“In the 1930s, it became a kind of myth for very different directors. Nazi heroine Leni Riefenstahl was inspired by him for the film The cursed beauty. Before that, Murnau made the vampire pass Nosferatu between the paintings of Friedrich and Walt Disney told his artists that Bambi had to jump through the woods of his paintings.

Samuel Beckett is also related to Friedrich.

“In 1970, Beckett himself confessed this Two men in front of the moon was at the origin of Waiting for Godot. Isn’t it incredible? The theater of the absurd was born from the work of a true believer.”

The painter was also a victim of cultural appropriation, as we would say today. The Nazis and then the GDR made a flag out of it.

“The breadth of the meaning of Friedrich’s paintings allowed many to appropriate. What confused contemporaries attracted many between the 20th and 21st centuries because every ideology and every system seems to find through those works a narrative that suits them. The Nazis literally took it. And now the climate movement thinks that Friedrich was their first warrior. It’s very fascinating to see how this appropriation happens. And it is even more interesting to see how, after a while, Friedrich’s art manages to emancipate itself from any occupation.”

Many of Friedrich’s paintings have suffered an incredible fate: burned, stolen and sometimes boldly found. The “Wanderer on the Sea of ​​Fog” appeared out of nowhere in 1939. Do you think this is part of Friedrich’s success?

“I do not think that the stories behind the paintings are responsible for the success of the painter. Many of these were not known to the general public before my book. But it remains incredible that two fundamental works like The white cliffs of Rügen and the Wanderer they came out only between the 1920s and 1930s. There is not a single source that says about them in the 19th century.”

You dedicated a previous essay, “The Invention of Clouds,” to clouds in painting. What are Friedrich’s clouds?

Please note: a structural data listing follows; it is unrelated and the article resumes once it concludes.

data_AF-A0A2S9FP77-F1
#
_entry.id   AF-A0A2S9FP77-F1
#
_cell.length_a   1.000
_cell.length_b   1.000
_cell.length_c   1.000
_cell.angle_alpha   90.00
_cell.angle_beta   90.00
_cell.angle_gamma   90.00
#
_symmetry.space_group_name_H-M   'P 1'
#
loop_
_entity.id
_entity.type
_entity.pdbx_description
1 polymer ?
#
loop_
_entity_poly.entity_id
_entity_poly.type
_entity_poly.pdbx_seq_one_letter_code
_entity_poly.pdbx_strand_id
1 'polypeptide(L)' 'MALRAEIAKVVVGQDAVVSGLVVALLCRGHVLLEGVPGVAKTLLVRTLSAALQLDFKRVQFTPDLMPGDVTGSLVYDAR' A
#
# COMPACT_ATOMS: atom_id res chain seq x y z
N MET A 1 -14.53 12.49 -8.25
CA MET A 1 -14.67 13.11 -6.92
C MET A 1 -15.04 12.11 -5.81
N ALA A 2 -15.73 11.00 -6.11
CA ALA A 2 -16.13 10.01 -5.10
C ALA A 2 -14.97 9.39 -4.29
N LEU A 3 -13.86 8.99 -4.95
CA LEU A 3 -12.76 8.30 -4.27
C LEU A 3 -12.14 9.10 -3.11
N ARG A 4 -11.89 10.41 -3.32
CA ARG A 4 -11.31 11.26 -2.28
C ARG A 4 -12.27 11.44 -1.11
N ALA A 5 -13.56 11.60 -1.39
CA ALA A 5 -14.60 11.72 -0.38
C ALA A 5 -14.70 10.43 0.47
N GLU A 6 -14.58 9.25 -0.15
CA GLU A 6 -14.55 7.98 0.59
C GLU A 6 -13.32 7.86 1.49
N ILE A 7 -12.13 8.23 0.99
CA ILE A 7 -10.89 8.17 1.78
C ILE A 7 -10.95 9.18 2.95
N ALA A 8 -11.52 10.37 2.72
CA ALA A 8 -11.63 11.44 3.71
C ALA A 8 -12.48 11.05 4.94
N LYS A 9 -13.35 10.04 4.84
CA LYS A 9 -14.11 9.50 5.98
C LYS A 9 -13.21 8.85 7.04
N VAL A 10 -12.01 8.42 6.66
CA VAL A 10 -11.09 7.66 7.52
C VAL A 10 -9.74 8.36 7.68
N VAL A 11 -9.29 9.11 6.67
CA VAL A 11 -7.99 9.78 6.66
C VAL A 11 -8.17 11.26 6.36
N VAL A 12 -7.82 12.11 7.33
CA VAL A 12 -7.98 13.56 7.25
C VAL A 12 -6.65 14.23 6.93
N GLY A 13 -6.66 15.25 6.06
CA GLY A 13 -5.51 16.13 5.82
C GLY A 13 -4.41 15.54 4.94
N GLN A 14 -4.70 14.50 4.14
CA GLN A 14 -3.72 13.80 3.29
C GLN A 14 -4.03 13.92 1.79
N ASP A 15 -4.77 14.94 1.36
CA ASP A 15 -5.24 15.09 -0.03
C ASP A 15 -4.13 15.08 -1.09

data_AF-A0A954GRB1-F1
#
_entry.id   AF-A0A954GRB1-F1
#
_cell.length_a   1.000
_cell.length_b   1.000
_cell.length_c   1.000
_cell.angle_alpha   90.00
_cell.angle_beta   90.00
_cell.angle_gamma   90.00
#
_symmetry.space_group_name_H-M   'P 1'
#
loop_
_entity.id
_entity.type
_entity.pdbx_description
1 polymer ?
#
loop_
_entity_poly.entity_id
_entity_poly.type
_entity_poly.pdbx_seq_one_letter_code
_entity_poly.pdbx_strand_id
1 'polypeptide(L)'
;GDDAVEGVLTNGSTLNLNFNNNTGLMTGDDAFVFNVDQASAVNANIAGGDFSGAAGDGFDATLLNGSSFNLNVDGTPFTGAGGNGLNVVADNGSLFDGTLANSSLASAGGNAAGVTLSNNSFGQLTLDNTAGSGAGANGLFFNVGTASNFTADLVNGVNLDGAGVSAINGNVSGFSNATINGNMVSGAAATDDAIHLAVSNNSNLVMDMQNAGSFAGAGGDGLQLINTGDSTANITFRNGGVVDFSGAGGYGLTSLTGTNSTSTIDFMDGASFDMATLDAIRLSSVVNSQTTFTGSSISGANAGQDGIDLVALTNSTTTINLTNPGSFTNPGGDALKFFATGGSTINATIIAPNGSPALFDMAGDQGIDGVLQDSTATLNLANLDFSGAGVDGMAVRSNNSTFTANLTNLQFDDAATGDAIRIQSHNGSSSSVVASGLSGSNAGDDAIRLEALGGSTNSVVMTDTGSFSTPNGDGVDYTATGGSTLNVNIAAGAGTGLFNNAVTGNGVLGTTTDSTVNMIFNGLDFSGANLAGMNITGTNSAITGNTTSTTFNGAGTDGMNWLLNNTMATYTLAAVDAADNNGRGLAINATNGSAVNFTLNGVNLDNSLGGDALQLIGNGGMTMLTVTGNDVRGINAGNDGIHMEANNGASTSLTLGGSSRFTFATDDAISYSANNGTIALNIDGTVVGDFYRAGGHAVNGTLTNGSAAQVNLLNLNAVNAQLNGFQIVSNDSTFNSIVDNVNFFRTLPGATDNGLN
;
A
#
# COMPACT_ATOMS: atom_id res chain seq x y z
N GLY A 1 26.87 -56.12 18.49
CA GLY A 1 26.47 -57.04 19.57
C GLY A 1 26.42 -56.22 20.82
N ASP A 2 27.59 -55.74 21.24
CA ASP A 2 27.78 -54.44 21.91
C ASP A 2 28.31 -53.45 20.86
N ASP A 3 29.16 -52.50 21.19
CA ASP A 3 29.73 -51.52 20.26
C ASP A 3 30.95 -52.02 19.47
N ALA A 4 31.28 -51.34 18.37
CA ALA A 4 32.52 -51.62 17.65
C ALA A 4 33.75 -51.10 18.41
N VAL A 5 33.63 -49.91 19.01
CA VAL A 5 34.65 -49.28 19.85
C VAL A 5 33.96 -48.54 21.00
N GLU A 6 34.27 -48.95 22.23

“Oh, well, they are wonderful. The absolute best of German art in the 19th century. But don’t worry: in terms of quality and clarity, the Champions League of the clouds of that century was won by Italy I’m thinking of the clouds that Valenciennes painted in Rome around the 19th century, those of Corot made in Italy around 1828. And the smoke of Mount Vesuvius painted by Giuseppe De Nittis in 1870.

What is the biggest surprise you received while working for Friedrich? Is there anything you didn’t expect?

“I must confess: 300 thousand copies sold in a few months are a real surprise and I am thankful for it. I have been obsessed with Friedrich and Romanticism for decades and I thought he was some kind of “nerd” who wrote books for specialists. But the opposite it happened: my passion seems to be contagious and my approach is evidently a popular approach to Friedrich.”

Inevitable questions: What is your favorite Friedrich painting?

Moving clouds, a small painting from the Hamburg Kunsthalle. For me it contains the essence of Friedrich: his ability to paint clouds and fog and to create images that straddle the line between reality and symbolism.”

The book

The magic of silence. Travel through the time of Caspar David Friedrich by Florian Illies (Marsilio, trans. by Francesco Peri pages 208, €19)